What we truly want is to see them on the same mound, at the same time, under the same conditions so that the memory of each will be fresh and sharp every time the other returns to the mound.
Clemens is supposed to be a little faster, but Gooden's ball runs more, it's said. We'll see. Gooden's curve is better, more of a knee-locker, whereas Clemens' seems like a big hard slider. Who knows which man has the more nearly perfect control or the better touch with hitters?
Since they only will be around three innings at the most, we won't be able to judge stamina or get much sense of the heart that means so much in a three-hour duel that ends up 2-1 or 1-0.
Down through the years, we'll get a book full of answers on these two. Can Gooden endure Big Apple fame without fading to mere excellence? Will Clemens' shoulder plague him again? This is the worst era in history for pitching longevity. Something in the water.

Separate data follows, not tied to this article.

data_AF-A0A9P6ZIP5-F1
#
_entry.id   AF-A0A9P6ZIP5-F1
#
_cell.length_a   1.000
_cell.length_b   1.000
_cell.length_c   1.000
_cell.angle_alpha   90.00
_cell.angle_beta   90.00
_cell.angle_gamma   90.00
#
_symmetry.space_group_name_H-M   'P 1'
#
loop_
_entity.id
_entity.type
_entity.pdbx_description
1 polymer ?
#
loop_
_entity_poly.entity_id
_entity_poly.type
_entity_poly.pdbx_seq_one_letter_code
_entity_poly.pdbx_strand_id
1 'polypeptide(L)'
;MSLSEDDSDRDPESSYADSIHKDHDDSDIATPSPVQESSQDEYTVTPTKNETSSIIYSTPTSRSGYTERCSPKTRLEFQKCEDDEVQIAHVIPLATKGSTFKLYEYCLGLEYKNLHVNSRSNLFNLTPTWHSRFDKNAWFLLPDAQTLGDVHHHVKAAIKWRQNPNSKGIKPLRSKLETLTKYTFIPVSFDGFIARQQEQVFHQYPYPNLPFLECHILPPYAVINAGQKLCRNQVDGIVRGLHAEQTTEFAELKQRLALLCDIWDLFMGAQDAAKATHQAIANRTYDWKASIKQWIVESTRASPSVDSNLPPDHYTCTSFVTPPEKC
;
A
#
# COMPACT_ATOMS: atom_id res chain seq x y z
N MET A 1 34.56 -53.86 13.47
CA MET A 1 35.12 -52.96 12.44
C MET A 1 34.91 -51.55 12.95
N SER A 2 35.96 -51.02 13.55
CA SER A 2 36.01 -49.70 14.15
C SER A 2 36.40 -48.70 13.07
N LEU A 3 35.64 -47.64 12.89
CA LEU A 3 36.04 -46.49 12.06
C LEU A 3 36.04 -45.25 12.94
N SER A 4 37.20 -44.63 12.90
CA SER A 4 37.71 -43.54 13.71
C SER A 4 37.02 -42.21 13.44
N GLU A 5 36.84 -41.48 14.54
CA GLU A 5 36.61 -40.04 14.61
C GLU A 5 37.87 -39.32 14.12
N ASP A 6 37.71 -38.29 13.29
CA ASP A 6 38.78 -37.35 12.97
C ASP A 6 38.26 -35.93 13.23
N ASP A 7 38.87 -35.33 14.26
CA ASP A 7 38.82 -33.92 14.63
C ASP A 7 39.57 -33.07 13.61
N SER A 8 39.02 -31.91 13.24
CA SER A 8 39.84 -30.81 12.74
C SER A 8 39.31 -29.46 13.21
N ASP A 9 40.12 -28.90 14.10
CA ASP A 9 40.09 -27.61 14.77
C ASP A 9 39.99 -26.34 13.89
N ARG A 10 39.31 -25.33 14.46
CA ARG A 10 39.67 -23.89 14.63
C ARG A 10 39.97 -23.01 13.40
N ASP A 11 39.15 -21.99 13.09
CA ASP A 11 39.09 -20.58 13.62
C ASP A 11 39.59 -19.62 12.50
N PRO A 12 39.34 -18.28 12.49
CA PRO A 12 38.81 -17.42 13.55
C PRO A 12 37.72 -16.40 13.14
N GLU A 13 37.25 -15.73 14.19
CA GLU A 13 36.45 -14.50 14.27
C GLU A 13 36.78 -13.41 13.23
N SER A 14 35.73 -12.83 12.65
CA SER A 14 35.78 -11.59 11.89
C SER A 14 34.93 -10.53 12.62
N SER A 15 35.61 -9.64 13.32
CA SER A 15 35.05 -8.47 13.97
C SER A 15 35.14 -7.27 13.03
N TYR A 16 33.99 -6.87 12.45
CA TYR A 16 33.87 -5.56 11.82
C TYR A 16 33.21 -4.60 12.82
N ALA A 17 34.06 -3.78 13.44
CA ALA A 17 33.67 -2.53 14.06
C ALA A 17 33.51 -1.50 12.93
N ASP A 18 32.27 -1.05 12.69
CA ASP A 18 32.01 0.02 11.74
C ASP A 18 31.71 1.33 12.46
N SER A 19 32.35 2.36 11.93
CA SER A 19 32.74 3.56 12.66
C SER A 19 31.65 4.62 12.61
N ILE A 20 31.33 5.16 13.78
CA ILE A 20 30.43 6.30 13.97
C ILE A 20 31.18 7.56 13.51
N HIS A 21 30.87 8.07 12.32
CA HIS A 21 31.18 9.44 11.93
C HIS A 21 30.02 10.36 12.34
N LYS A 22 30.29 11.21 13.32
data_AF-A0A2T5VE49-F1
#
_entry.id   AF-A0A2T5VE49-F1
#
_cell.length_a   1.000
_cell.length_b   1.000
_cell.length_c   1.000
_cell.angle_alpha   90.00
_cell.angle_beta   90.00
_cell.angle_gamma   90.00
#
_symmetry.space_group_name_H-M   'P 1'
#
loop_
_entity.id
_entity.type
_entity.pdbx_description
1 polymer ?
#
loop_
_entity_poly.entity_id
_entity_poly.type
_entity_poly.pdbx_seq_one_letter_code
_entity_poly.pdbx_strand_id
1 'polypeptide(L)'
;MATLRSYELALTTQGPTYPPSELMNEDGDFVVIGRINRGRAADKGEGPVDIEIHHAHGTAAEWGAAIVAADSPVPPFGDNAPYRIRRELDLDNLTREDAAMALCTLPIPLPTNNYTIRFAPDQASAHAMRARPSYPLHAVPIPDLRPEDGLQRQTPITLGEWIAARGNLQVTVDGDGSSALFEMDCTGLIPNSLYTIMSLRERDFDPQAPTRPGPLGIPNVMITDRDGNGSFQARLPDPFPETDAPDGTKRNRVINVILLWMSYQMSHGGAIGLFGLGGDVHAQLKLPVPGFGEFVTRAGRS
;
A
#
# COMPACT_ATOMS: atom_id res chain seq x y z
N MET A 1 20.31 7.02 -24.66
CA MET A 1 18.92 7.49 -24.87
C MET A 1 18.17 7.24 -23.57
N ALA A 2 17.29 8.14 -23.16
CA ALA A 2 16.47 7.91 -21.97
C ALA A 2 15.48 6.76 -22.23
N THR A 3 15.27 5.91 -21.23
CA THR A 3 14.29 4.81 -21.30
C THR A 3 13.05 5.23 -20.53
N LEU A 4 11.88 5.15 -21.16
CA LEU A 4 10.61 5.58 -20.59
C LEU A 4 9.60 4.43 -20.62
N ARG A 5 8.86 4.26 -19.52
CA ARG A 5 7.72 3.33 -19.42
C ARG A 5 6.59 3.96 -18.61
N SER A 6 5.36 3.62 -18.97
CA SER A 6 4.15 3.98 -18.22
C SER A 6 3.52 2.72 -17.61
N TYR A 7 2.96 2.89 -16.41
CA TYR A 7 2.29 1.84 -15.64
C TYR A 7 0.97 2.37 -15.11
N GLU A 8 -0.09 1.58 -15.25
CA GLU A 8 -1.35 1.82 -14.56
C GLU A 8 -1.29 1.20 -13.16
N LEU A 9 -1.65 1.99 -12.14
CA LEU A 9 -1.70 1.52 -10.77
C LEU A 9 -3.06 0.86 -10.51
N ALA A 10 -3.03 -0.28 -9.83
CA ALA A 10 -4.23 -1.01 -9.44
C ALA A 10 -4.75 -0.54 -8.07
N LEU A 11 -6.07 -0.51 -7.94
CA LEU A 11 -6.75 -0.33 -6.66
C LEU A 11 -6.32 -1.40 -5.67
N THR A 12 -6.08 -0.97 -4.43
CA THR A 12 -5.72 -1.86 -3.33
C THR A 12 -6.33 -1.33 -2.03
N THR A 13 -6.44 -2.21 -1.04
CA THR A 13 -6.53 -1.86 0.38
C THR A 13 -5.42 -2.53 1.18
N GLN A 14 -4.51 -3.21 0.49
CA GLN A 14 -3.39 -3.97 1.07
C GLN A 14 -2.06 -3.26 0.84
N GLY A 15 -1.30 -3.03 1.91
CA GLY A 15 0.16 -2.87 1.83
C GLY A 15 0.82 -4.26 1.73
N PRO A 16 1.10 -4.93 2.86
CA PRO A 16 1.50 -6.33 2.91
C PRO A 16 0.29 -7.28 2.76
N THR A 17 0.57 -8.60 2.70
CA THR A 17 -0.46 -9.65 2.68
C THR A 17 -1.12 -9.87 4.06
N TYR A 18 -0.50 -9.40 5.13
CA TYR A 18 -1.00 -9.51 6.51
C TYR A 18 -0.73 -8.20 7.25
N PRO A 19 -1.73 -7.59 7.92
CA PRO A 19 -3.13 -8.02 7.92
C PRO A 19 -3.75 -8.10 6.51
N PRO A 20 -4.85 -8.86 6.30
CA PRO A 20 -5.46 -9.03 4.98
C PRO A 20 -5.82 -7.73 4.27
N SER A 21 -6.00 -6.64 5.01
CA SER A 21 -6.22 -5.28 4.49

One thing almost is certain. Once Clemens and Gooden leave the stage, it's all right to switch off the tube or take out the trash. If this all-star game stands on its own feet, independent of this pair, it only will be for about the third time in a generation.
When an event stays in a slump since World War II, and remains in a state of unremitting catatonia from the last year of the Eisenhower presidency until the present moment, it's unwise to get too excited.
For example, last year's affair (indoors in Minneapolis) was typical of the sort of midsummer thrills that have, over the past 25 years, made the all-star game the Anybody Wanna Go Bowling classic.